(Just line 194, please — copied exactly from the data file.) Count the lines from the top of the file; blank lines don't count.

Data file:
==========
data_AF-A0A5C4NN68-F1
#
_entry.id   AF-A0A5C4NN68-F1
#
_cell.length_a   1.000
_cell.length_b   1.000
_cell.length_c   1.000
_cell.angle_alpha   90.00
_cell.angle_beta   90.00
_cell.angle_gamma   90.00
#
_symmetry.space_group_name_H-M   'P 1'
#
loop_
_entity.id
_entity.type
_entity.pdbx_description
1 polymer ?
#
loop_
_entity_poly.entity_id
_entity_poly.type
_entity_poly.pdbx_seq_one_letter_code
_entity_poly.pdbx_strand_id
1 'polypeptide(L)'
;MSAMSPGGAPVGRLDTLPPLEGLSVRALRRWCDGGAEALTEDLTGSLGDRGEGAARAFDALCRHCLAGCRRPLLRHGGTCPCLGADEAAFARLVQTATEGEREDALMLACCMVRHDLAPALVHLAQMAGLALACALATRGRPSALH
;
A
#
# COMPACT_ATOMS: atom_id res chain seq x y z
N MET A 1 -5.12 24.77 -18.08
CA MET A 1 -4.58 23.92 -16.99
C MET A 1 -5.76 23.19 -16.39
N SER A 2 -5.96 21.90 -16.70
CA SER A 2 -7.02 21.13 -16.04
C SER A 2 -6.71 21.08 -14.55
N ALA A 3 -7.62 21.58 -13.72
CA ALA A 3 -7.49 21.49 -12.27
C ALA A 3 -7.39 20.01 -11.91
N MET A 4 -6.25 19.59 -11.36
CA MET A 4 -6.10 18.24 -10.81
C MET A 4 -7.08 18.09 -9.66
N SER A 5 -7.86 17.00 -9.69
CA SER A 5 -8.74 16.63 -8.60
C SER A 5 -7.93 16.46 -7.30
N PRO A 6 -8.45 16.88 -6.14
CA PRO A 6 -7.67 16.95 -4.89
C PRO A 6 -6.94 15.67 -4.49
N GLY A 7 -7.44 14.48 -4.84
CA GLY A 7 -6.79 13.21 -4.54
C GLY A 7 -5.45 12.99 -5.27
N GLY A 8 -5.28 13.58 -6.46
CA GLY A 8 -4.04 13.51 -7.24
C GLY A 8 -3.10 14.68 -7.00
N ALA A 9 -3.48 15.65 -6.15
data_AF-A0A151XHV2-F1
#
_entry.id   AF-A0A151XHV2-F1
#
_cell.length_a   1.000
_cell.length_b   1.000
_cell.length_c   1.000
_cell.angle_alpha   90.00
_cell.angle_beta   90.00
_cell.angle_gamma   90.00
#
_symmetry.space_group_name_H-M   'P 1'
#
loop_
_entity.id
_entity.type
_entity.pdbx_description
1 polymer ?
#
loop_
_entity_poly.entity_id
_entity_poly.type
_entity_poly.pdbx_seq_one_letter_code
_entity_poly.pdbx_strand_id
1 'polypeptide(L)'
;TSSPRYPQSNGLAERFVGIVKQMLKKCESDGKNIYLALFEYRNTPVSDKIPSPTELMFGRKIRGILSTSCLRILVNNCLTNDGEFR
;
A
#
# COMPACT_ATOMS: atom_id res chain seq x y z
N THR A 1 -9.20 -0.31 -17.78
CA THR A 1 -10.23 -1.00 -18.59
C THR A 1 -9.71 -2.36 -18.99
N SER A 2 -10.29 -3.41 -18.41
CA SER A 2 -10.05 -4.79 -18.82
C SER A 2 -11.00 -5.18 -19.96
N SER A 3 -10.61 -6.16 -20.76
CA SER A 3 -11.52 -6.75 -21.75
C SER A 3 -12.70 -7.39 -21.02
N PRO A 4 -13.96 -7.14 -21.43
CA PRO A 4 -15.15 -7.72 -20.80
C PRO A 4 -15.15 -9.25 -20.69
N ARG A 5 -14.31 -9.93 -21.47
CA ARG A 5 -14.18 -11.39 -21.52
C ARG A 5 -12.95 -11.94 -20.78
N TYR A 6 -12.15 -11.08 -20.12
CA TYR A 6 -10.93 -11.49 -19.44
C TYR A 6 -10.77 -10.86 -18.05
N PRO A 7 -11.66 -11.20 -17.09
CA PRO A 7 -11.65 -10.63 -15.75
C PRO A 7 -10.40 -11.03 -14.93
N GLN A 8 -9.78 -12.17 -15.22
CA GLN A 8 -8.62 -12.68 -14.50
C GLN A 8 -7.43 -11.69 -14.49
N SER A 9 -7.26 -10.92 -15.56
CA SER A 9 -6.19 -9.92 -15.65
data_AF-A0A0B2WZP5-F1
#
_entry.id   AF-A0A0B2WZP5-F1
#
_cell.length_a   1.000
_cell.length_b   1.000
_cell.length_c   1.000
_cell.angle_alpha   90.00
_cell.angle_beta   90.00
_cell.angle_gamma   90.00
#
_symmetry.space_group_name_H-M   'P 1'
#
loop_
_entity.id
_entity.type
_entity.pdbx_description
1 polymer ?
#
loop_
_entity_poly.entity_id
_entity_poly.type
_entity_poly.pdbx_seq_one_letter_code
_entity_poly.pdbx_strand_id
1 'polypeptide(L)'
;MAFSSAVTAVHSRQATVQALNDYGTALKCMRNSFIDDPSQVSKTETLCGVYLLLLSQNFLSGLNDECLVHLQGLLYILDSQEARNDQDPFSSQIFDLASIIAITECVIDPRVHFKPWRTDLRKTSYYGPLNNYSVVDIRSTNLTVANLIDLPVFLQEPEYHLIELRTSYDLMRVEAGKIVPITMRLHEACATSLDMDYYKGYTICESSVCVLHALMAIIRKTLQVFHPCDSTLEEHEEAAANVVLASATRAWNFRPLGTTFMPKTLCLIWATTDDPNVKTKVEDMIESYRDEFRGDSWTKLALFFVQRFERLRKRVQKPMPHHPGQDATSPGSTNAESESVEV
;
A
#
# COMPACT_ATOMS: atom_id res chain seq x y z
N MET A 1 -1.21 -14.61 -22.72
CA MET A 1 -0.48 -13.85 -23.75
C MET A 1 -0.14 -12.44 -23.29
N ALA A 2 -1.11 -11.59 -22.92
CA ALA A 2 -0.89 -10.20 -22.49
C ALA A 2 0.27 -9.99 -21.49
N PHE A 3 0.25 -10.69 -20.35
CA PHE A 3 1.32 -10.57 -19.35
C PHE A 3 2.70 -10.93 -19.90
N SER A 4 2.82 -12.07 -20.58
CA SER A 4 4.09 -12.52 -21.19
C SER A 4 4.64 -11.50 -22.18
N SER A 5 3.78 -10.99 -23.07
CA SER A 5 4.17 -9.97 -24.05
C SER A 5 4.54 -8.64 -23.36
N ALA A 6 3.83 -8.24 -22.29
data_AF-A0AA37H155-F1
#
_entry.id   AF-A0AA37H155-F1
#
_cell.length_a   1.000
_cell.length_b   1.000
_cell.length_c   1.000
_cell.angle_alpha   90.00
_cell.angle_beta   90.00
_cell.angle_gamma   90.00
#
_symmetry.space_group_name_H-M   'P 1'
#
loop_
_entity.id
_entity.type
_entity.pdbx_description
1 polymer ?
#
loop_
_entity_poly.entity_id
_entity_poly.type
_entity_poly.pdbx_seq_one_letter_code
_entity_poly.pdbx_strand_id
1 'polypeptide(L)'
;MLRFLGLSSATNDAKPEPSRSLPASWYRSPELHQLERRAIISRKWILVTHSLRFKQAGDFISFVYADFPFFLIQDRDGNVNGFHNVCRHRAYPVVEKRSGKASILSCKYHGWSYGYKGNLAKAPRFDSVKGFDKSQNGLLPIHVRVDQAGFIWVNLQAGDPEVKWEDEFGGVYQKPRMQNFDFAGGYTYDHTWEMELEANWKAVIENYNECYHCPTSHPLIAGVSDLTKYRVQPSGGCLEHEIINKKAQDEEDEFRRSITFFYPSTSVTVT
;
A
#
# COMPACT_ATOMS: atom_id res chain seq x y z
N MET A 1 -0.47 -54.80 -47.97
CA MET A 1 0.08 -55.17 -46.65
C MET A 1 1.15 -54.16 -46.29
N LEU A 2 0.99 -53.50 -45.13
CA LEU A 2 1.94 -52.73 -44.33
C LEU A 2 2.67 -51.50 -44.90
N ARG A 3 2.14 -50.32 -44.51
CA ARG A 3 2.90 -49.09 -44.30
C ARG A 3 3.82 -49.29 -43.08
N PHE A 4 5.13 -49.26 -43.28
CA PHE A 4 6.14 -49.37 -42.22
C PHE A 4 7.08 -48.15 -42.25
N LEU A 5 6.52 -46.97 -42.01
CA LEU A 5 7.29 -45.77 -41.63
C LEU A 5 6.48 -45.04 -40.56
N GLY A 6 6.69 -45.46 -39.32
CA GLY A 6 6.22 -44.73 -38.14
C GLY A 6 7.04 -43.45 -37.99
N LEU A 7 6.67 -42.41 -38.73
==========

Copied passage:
N ARG A 3 2.14 -50.32 -44.51